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The rise of social media over the past twenty years has revolutionised trans and non-binary communities. Once isolated, these groups have been able to connect over the Internet and share their stories and experiences. However, this new dimension of connection has not been without its drawbacks. There are people who, for whatever reason, use the reach of the Internet to spread hurtful or false content, or make attacks on transgender people. At GenderGP we’re unfortunately used to coming under fire online – so we’ve used our experiences to produce this blog post about how to recognise online bullying, and how to deal with it.

It’s easy to think that, because it’s not happening in real life, online bullying can’t hurt you. But the consequences can be serious, particularly if it’s sustained over time. Online bullying can negatively affect your mood, your mental health, and your social life. It can even be dangerous in certain situations, so it’s really important to know how to recognise it and what to do.

Online bullying can take a lot of forms. It can be content that is offensive (such as graphic images or slurs), harassment (like name calling or threats), misinformation, unwanted contact, and similar. It’s possible to encounter content online that is upsetting or controversial, but doesn’t constitute bullying or harassment. For instance, some political disagreements might be upsetting, but they don’t constitute bullying in their own right unless you are harassed as a result.

The easiest way to keep yourself safe and sane is to block and move on. When we’re harassed online it’s tempting to fight back or try to win the argument, with logic and evidence based information. In practice, this hardly ever works as those instigating the attacks are rarely interested in being educated. The anonymity afforded by the Internet makes people far more likely to say and do things they wouldn’t in real life, and arguments are unlikely to resolve productively. What’s worse, some Internet trolls deliberately draw out conflicts to try and wear down their targets. Our advice is to save your energy for more important things – like yourself – by ignoring the person in question and moving on. Some accounts on sites like Twitter maintain ‘blocklists’, large lists of accounts known for bullying, harassment, or hateful behaviour. These can help preemptively protect yourself online.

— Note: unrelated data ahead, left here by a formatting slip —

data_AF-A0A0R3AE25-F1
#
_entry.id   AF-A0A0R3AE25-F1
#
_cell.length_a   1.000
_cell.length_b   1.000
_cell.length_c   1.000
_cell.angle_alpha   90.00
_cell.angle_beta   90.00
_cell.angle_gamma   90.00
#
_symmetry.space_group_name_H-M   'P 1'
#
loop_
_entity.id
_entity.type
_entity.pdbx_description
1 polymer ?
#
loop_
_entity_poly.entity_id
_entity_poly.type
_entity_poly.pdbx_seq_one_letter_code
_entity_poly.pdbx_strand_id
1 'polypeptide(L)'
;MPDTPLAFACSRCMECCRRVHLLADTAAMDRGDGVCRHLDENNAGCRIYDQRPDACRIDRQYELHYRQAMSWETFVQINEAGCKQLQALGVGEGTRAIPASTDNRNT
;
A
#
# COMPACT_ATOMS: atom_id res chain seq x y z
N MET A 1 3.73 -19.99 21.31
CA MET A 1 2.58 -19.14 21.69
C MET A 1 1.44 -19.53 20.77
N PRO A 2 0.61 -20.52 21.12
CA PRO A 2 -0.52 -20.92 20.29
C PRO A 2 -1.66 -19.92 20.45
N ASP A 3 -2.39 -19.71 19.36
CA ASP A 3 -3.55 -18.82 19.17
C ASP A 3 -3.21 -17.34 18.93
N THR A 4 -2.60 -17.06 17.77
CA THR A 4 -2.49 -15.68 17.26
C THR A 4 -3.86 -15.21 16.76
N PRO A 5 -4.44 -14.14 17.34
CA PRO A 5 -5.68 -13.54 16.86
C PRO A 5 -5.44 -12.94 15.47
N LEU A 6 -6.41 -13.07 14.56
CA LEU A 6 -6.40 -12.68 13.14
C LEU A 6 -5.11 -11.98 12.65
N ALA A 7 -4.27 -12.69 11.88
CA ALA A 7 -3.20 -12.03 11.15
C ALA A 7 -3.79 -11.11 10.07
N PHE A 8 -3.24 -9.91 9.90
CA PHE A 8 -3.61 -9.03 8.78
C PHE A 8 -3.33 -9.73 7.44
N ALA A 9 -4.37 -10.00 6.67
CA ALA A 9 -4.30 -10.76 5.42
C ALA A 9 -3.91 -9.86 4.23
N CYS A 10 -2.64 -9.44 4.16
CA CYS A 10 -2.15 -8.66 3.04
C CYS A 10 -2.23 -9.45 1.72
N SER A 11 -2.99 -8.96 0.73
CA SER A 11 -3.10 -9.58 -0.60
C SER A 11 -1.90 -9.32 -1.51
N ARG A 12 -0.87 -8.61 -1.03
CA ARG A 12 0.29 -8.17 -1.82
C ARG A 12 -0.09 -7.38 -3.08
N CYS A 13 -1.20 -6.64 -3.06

You can find resources for young people in our Youth Hub


You can also use the report function to flag inappropriate, hurtful, or hateful content with the site moderators. All mainstream social media sites have this functionality. Examples of content to report might be a social media post containing offensive images or slurs, or sharing discriminatory content about trans and non-binary people (or any marginalised group) in general. You can also report individual users if they are producing this kind of content, or if they are harassing you. Reports will be reviewed by the site moderators, and can result in a ban for the user in question. You can also report misinformation, whether about transgender people or anything else, particularly if it is also discriminatory. For instance, posts that share debunked theories or inaccurate statistics about trans and non-binary people can be reported for inaccuracy. You can find specific information about blocking and reporting on different websites here.